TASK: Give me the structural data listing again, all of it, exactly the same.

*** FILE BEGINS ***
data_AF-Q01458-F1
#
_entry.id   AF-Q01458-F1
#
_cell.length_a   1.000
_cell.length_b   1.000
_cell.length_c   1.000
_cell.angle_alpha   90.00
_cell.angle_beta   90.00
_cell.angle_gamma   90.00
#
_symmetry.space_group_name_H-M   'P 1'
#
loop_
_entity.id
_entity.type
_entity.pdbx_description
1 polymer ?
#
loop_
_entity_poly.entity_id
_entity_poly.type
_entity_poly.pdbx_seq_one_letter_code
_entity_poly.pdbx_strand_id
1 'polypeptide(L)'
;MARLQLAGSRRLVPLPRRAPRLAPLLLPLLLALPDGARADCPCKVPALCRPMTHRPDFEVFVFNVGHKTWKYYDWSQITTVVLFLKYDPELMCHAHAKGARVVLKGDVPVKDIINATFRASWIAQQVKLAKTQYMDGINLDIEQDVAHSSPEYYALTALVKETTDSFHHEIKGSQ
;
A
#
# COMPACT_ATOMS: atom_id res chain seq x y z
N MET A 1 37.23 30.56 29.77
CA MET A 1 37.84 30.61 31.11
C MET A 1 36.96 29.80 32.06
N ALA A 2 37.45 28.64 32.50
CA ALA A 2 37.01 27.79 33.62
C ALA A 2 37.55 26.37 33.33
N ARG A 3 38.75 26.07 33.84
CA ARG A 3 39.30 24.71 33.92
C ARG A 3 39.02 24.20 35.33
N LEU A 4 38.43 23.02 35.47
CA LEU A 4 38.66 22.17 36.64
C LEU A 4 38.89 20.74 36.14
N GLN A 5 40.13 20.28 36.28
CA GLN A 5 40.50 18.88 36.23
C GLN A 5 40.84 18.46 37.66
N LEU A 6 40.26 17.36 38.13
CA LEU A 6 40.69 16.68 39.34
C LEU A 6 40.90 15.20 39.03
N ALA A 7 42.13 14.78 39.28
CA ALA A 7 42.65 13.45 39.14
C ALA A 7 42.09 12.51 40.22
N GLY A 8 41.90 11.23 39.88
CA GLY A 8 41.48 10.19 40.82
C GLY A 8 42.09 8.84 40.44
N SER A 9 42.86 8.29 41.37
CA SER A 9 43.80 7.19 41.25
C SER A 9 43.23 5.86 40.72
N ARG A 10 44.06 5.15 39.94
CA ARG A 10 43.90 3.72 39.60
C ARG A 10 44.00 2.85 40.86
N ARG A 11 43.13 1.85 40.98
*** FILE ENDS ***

data_AF-Q01458-F1
#
_entry.id   AF-Q01458-F1
#
_cell.length_a   1.000
_cell.length_b   1.000
_cell.length_c   1.000
_cell.angle_alpha   90.00
_cell.angle_beta   90.00
_cell.angle_gamma   90.00
#
_symmetry.space_group_name_H-M   'P 1'
#
loop_
_entity.id
_entity.type
_entity.pdbx_description
1 polymer ?
#
loop_
_entity_poly.entity_id
_entity_poly.type
_entity_poly.pdbx_seq_one_letter_code
_entity_poly.pdbx_strand_id
1 'polypeptide(L)'
;MARLQLAGSRRLVPLPRRAPRLAPLLLPLLLALPDGARADCPCKVPALCRPMTHRPDFEVFVFNVGHKTWKYYDWSQITTVVLFLKYDPELMCHAHAKGARVVLKGDVPVKDIINATFRASWIAQQVKLAKTQYMDGINLDIEQDVAHSSPEYYALTALVKETTDSFHHEIKGSQ
;
A
#
# COMPACT_ATOMS: atom_id res chain seq x y z
N MET A 1 37.23 30.56 29.77
CA MET A 1 37.84 30.61 31.11
C MET A 1 36.96 29.80 32.06
N ALA A 2 37.45 28.64 32.50
CA ALA A 2 37.01 27.79 33.62
C ALA A 2 37.55 26.37 33.33
N ARG A 3 38.75 26.07 33.84
CA ARG A 3 39.30 24.71 33.92
C ARG A 3 39.02 24.20 35.33
N LEU A 4 38.43 23.02 35.47
CA LEU A 4 38.66 22.17 36.64
C LEU A 4 38.89 20.74 36.14
N GLN A 5 40.13 20.28 36.28
CA GLN A 5 40.50 18.88 36.23
C GLN A 5 40.84 18.46 37.66
N LEU A 6 40.26 17.36 38.13
CA LEU A 6 40.69 16.68 39.34
C LEU A 6 40.90 15.20 39.03
N ALA A 7 42.13 14.78 39.28
CA ALA A 7 42.65 13.45 39.14
C ALA A 7 42.09 12.51 40.22
N GLY A 8 41.90 11.23 39.88
CA GLY A 8 41.48 10.19 40.82
C GLY A 8 42.09 8.84 40.44
N SER A 9 42.86 8.29 41.37
CA SER A 9 43.80 7.19 41.25
C SER A 9 43.23 5.86 40.72
N ARG A 10 44.06 5.15 39.94
CA ARG A 10 43.90 3.72 39.60
C ARG A 10 44.00 2.85 40.86
N ARG A 11 43.13 1.85 40.98